Domestic box office receipts of Canadian films rose by 11.6 per cent in 2011, buoyed by the success of movies like Starbuck, Barney’s Version, Incendies and Monsieur Lazhar, according to Telefilm Canada.
In a report released Wednesday, the federal film funding agency said Canadian films are achieving greater success both at home and abroad.
The relatively new success index that Telefilm uses as a measurement tool shows a big improvement in box office, TV and DVD sales, but slightly less attention for Canadian productions at film festivals or from private sector funders.
Canada's box office stars in 2011
- Starbuck: $3.5 million.
- Le sens de l'humour: $3.4 million.
- Barney's Version: $3 million.
- Incendies: $2.1 million.
- Gerry: $2 million.
- Breakaway: $1.9 million.
- Monsieur Lazhar: $1.8 million.
- Café de Flore: $1.6 million.
Total domestic box office receipts totalled $27.5 million, up from $24.6 million in 2010.
Domestic sales, including pay TV, DVD and video-on-demand, climbed from $15 million to $34 million because of films such as The Imaginarium of Doctor Parnassus, Barney's Version, Incendies, One Week and Splice.
Although Oscar nominees Barney's Version and Incendies were released in 2010, the bulk of their international sales and home DVD sales occurred in 2011. Similarly, Starbuck and Monsieur Lazhar may continue to earning well into 2012.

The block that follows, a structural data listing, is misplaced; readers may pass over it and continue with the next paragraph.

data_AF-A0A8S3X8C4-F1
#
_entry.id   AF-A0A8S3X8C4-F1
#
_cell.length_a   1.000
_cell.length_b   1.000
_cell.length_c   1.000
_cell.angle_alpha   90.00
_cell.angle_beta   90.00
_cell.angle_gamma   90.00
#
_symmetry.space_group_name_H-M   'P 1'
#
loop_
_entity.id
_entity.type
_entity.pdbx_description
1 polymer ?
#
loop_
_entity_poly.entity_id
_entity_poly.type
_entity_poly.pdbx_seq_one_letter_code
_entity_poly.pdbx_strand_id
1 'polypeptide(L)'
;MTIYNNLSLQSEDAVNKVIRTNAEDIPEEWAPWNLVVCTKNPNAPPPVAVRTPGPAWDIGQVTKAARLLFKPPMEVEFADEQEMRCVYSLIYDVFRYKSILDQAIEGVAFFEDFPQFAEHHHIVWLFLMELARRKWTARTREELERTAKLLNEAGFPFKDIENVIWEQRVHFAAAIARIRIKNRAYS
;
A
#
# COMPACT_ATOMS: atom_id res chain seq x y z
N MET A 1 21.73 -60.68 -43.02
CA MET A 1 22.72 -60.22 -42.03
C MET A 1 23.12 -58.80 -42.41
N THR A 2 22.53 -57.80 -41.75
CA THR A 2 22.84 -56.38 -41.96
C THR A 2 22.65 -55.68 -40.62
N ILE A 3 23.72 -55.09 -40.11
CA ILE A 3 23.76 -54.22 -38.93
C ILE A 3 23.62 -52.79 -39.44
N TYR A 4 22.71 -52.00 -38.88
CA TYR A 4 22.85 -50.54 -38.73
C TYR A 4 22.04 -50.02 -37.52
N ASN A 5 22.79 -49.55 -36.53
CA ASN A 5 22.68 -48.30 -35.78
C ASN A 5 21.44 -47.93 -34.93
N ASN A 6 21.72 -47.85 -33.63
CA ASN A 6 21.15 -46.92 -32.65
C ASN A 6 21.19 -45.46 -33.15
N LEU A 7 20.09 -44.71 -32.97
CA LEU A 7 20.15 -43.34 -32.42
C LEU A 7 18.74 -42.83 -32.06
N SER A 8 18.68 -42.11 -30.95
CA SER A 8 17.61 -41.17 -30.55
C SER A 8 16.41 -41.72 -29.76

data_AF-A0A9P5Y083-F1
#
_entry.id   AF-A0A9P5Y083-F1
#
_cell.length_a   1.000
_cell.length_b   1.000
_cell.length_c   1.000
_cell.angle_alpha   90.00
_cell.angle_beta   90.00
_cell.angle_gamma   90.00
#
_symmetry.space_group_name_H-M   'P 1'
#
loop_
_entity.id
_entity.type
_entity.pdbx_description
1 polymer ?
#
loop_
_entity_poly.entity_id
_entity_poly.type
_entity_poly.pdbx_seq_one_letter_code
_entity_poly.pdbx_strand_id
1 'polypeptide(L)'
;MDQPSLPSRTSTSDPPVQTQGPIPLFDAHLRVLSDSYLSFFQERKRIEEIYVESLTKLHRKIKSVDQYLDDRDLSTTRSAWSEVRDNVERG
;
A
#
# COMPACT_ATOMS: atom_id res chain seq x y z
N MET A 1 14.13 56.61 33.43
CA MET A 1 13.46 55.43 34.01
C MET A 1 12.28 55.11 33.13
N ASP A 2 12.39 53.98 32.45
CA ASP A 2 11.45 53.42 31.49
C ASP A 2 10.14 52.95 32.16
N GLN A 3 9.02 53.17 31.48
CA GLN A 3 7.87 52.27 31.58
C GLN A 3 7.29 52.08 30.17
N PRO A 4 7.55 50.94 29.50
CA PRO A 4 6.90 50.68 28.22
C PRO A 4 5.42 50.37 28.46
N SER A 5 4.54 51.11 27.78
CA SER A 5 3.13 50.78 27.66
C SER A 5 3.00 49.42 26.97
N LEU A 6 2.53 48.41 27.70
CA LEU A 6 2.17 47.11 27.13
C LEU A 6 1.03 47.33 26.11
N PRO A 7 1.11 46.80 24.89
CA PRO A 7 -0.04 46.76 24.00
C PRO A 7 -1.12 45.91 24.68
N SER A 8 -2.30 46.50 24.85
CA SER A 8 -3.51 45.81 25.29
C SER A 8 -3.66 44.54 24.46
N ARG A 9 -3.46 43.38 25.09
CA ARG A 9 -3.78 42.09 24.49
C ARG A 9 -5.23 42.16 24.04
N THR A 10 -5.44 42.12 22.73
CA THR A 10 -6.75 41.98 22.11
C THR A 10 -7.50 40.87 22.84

"A producers’s mission is fulfilled when audiences embrace his film," Barney’s Version producer Robert Lantos said in a statement. In June, the film won the Golden Box Office award, which recognizes the anglophone movie with the past year's top Canadian box office earnings.
"The journey of Barney’s Version has been particularly gratifying because its story and characters are so deeply and specifically rooted in Montreal. Yet thanks to Mordecai Richler, the film’s language is universal, as evidenced by its many international awards and wide distribution throughout the world," Lantos said.
Oscar contender Monsieur Lazhar and Sébastien Pilote’s well-regarded francophone film Le Vendeur also helped boost international sales, which jumped to $51 million in 2011 from $21 million the previous year.
Telefilm launched its success index in 2010 with a value of 100. The index has risen to 123 on the strength of better box office returns.
The number of awards Canadian productions received at significant international film festivals fell last year, while the share of private and foreign funding of films that also received Telefilm support declined slightly, from 36.2 per cent to 34.5 per cent.